A Road Map for Resilience

By Leonard Doyle

Haiti remains one of the Caribbean countries most exposed to damage during each hurricane season as the above infographic reveals. (Click here to see the animated version) A high level of deforestation over the past three decades has left the country at extreme risk of flooding and landslides.

Last week Tropical Storm Chantal dissipated before it could do any harm, providing a timely opportunity to test life-saving preparations for the upcoming Caribbean hurricane season. The effects of last year’s hurricane season are still felt today. Tropical Storm Isaac in August and Hurricane Sandy in October took lives and inflicted extensive damage to homes and crops, which led to food shortages and price increases, as well as to a substantial increase in the number of cholera cases.

Haiti is far from being an isolated case of vulnerability. Between 2008 and 2012, some 140 million people worldwide have been displaced by violent events including earthquakes and floods, according to the Internal Displacement Monitoring Centre. IOM’s second Compendium on Disaster Risk Reduction and Resilience launched on July 16, provides the first in-depth analysis of the interaction between disasters and mobility; spells out the fundamental role that human mobility plays in shaping resilience; and indicates the causes of vulnerability for communities at risk.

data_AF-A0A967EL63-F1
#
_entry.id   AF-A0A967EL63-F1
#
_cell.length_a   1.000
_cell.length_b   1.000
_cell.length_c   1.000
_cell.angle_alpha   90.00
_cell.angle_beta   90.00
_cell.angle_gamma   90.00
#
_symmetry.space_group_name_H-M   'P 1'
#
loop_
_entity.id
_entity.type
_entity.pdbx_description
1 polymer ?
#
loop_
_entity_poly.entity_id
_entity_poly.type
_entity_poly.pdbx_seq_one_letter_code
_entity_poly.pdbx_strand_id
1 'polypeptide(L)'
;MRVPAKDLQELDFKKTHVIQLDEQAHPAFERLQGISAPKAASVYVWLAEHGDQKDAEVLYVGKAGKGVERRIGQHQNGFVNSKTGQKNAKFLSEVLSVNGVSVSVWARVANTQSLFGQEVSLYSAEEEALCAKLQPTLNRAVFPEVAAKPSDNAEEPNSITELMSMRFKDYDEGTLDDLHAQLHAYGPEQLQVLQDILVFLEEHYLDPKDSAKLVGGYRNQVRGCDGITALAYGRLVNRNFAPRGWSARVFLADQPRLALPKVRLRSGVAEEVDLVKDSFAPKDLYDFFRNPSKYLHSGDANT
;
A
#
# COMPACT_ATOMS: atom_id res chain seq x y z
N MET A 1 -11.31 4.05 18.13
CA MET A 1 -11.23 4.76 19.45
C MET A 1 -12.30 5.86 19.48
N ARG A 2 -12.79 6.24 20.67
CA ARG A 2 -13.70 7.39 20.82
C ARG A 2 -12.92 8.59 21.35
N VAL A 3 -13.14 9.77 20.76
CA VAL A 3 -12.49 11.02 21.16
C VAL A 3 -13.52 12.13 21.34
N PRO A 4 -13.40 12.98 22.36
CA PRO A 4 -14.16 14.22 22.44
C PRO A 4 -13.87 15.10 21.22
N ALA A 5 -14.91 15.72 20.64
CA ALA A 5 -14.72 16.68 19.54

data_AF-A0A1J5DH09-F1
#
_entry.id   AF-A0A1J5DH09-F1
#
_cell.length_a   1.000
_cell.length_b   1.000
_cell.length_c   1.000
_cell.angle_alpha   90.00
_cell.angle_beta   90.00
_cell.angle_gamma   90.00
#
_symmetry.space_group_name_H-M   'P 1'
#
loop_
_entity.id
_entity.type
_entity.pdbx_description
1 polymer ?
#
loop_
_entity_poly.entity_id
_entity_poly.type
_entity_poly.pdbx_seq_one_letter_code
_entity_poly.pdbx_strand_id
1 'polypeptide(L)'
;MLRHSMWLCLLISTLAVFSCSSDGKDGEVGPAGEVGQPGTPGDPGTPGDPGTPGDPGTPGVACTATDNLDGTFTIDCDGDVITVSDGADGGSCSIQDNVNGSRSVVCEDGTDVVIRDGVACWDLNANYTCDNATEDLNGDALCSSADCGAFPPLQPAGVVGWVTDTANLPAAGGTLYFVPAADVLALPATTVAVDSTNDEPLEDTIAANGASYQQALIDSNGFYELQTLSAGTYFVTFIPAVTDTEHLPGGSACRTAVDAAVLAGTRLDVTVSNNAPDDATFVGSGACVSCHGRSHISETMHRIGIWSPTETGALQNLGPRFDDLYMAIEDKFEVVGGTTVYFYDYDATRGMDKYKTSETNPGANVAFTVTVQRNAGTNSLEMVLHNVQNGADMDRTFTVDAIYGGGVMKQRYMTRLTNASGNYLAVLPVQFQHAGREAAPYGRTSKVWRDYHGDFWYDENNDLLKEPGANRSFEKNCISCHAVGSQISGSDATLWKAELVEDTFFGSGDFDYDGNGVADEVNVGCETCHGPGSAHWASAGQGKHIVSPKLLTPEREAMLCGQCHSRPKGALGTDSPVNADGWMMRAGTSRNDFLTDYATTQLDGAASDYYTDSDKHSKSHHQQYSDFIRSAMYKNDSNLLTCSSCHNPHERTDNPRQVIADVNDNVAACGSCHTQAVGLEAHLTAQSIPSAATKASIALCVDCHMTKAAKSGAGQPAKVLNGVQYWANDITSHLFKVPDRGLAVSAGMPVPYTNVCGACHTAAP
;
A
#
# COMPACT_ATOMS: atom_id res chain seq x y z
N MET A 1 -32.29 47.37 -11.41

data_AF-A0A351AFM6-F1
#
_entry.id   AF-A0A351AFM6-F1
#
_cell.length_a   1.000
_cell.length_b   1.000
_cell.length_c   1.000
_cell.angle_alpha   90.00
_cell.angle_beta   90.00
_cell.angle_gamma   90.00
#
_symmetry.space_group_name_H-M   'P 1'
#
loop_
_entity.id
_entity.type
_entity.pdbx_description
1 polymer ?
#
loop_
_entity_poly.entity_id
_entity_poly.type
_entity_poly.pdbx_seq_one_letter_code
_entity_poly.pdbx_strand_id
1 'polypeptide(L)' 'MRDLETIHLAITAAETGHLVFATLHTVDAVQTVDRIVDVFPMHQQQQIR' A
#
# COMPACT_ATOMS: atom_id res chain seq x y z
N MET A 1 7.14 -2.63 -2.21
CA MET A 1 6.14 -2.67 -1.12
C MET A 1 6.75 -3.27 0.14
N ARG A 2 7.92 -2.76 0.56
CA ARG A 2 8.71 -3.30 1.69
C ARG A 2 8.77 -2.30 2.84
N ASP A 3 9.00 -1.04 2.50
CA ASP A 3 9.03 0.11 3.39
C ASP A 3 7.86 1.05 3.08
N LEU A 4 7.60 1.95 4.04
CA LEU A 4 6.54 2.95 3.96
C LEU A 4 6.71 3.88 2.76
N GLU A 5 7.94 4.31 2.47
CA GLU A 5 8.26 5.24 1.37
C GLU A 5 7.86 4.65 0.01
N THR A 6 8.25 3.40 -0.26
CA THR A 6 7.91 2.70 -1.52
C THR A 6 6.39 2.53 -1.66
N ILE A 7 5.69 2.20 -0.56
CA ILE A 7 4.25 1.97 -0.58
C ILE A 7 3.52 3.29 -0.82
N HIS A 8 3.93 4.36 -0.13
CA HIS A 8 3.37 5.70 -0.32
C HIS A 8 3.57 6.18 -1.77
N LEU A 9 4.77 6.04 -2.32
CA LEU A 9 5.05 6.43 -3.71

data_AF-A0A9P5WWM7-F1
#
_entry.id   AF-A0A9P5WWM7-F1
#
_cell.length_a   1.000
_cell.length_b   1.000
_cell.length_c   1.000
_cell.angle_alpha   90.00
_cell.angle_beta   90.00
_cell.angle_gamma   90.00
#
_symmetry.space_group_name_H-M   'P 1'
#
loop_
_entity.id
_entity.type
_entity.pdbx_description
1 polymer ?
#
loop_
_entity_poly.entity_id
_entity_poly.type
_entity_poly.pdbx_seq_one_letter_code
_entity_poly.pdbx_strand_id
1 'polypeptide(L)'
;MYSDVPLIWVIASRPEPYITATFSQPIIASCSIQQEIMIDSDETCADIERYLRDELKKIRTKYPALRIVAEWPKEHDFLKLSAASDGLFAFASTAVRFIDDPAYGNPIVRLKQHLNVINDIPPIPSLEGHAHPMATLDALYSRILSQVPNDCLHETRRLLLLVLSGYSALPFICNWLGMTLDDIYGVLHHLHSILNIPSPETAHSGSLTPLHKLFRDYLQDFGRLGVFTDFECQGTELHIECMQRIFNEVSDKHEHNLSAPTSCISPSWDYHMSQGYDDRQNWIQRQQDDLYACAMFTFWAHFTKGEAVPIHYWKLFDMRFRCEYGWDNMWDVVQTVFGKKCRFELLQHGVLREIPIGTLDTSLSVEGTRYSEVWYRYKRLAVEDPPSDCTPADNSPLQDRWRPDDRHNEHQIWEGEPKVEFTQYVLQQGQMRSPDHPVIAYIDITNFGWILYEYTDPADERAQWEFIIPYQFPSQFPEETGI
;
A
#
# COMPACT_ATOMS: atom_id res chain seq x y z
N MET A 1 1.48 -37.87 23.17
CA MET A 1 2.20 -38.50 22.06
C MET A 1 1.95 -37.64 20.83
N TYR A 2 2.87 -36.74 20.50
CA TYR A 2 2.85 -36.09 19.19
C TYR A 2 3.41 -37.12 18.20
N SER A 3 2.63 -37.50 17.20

“While we recognize the evidence of increased frequency and the increased impact of disasters, we must also recognize that in a more and more globalized and mobile world, exploring the linkages between human mobility, vulnerability and resilience will remain essential to reducing the costs – human, material and economic – of disasters around the globe,” said IOM Director General William Lacy Swing.

“In Pakistan, for example, in recent years there have been three consecutive massive floods that have displaced millions of people in poor rural areas. Flight saved their lives, but the recurring floods and the prolonged displacement eroded their livelihood options and their resilience,” he noted.